**** ROTATE **** **** ROTATE **** **** ROTATE **** **** ROTATE ****

Find this Story

Print, a form you can hold

Wireless download to your Amazon Kindle

Look for a summary or analysis of this Story.

Enjoy this? Share it!

No. 191 [from The Spectator]
by [?]

Tuesday, October 9, 1711.

[Greek: … oulon oneiron.]

Some ludicrous Schoolmen have put the Case, that if an Ass were placed between two Bundles of Hay, which affected his Senses equally on each Side, and tempted him in the very same Degree, whether it would be possible for him to Eat of either. They generally determine this Question to the Disadvantage of the Ass, who they say would starve in the Midst of Plenty, as not having a single Grain of Freewill to determine him more to the one than to the other. The Bundle of Hay on either Side striking his Sight and Smell in the same Proportion, would keep him in a perpetual Suspence, like the two Magnets which, Travellers have told us, are placed one of them in the Roof, and the other in the Floor of Mahomet’s Burying-place at Mecca, and by that means, say they, pull the Impostor’s Iron Coffin with such an equal Attraction, that it hangs in the Air between both of them. As for the Ass’s Behaviour in such nice Circumstances, whether he would Starve sooner than violate his Neutrality to the two Bundles of Hay, I shall not presume to determine; but only take Notice of the Conduct of our own Species in the same Perplexity. When a Man has a mind to venture his Money in a Lottery, every Figure of it appears equally alluring, and as likely to succeed as any of its Fellows. They all of them have the same Pretensions to good Luck, stand upon the same foot of Competition, and no manner of Reason can be given why a Man should prefer one to the other before the Lottery is drawn. In this Case therefore Caprice very often acts in the Place of Reason, and forms to it self some Groundless Imaginary Motive, where real and substantial ones are wanting. I know a well-meaning Man that is very well pleased to risque his good Fortune upon the Number 1711, because it is the Year of our Lord. I am acquainted with a Tacker that would give a good deal for the Number 134. [1] On the contrary I have been told of a certain Zealous Dissenter, who being a great Enemy to Popery, and believing that bad Men are the most fortunate in this World, will lay two to one on the Number [666 [2]] against any other Number, because, says he, it is the Number of the Beast. Several would prefer the Number 12000 before any other, as it is the Number of the Pounds in the great Prize. In short, some are pleased to find their own Age in their Number; some that they have got a number which makes a pretty Appearance in the Cyphers, and others, because it is the same Number that succeeded in the last Lottery. Each of these, upon no other Grounds, thinks he stands fairest for the great Lot, and that he is possessed of what may not be improperly called the Golden Number.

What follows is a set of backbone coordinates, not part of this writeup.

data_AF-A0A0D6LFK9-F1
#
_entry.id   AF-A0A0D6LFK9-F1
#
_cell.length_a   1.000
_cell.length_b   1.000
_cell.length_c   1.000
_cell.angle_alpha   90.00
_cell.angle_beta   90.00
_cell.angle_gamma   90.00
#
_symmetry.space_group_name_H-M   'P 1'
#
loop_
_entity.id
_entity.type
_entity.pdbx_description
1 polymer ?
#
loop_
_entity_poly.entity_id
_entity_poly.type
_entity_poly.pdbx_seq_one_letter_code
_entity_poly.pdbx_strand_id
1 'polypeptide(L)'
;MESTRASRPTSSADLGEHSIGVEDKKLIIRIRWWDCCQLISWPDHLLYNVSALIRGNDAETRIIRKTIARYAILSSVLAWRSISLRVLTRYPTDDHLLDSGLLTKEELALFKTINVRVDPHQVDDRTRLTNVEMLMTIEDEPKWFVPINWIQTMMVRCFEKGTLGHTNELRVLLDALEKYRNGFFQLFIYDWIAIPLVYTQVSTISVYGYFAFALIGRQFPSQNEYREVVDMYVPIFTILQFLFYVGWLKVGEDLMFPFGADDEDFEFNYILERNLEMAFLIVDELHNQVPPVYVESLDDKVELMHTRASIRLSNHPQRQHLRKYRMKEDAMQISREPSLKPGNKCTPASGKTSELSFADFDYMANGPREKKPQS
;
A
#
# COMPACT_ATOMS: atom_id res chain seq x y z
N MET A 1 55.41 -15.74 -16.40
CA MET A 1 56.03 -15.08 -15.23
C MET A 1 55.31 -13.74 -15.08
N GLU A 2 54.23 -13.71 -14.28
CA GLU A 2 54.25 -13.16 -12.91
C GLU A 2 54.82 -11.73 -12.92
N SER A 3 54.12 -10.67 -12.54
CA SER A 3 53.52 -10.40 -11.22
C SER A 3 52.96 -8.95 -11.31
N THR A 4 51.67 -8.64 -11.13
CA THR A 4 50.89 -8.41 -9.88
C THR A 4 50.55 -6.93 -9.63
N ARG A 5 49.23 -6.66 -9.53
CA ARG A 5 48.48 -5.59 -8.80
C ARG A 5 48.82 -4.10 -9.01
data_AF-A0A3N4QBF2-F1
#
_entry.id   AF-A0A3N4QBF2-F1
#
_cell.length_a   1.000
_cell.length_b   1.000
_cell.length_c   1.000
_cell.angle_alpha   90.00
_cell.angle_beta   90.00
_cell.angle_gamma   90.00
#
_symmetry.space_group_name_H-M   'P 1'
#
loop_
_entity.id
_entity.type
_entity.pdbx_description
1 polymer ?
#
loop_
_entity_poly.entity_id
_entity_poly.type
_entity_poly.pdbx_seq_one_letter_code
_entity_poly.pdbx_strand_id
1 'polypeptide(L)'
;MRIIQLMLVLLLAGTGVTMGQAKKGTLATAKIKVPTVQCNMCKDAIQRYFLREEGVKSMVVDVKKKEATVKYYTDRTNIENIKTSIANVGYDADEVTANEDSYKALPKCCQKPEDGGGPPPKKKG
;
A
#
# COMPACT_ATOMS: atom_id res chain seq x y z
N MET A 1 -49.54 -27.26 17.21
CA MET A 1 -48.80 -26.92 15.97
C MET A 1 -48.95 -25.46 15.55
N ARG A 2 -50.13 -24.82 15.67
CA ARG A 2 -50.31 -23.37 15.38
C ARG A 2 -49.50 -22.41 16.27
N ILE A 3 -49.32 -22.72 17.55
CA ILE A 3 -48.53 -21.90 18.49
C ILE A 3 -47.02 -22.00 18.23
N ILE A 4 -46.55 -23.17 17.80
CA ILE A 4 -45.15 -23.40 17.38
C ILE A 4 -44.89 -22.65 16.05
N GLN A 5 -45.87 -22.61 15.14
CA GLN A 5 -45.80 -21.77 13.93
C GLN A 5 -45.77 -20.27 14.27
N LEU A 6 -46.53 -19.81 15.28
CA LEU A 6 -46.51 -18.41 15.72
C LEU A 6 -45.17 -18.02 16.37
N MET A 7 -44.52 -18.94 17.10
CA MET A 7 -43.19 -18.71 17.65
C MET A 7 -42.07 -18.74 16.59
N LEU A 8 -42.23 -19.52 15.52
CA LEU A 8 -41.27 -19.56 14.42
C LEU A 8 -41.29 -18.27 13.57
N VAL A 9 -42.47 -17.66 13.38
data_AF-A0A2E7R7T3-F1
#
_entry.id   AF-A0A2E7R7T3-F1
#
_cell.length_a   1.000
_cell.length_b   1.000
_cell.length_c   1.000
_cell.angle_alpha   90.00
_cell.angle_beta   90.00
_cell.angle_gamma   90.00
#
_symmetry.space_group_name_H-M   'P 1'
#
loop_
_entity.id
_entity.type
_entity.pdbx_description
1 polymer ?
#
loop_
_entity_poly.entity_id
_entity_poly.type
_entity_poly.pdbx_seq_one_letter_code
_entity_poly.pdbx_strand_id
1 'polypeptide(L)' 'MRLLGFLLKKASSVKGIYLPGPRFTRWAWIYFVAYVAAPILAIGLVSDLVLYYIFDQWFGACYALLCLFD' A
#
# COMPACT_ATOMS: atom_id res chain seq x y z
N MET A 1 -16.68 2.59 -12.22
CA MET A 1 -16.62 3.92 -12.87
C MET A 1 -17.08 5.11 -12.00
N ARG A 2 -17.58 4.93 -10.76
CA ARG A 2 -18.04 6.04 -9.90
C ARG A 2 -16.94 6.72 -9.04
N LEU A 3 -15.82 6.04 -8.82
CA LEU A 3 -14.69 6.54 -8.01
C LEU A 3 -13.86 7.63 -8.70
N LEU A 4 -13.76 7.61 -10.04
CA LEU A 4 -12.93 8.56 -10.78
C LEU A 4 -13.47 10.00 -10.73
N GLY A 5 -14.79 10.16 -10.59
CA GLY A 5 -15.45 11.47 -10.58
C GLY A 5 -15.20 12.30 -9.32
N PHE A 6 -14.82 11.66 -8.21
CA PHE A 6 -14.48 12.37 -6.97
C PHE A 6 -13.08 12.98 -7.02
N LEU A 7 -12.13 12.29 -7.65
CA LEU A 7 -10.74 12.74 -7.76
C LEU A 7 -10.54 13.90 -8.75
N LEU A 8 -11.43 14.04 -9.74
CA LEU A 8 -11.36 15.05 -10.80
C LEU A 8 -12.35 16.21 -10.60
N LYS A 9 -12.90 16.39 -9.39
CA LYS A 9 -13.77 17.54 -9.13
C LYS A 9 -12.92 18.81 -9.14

These Principles of Election are the Pastimes and Extravagancies of Human Reason, which is of so busie a Nature, that it will be exerting it self in the meanest Trifles and working even when it wants Materials. The wisest of Men are sometimes acted by such unaccountable Motives, as the Life of the Fool and the Superstitious is guided by nothing else.

I am surprized that none of the Fortune-tellers, or, as the French call them, the Diseurs de bonne Avanture, who Publish their Bills in every Quarter of the Town, have not turned our Lotteries to their Advantage; did any of them set up for a Caster of fortunate Figures, what might he not get by his pretended Discoveries and Predictions?

I remember among the Advertisements in the Post-Boy of September the 27th, I was surprized to see the following one: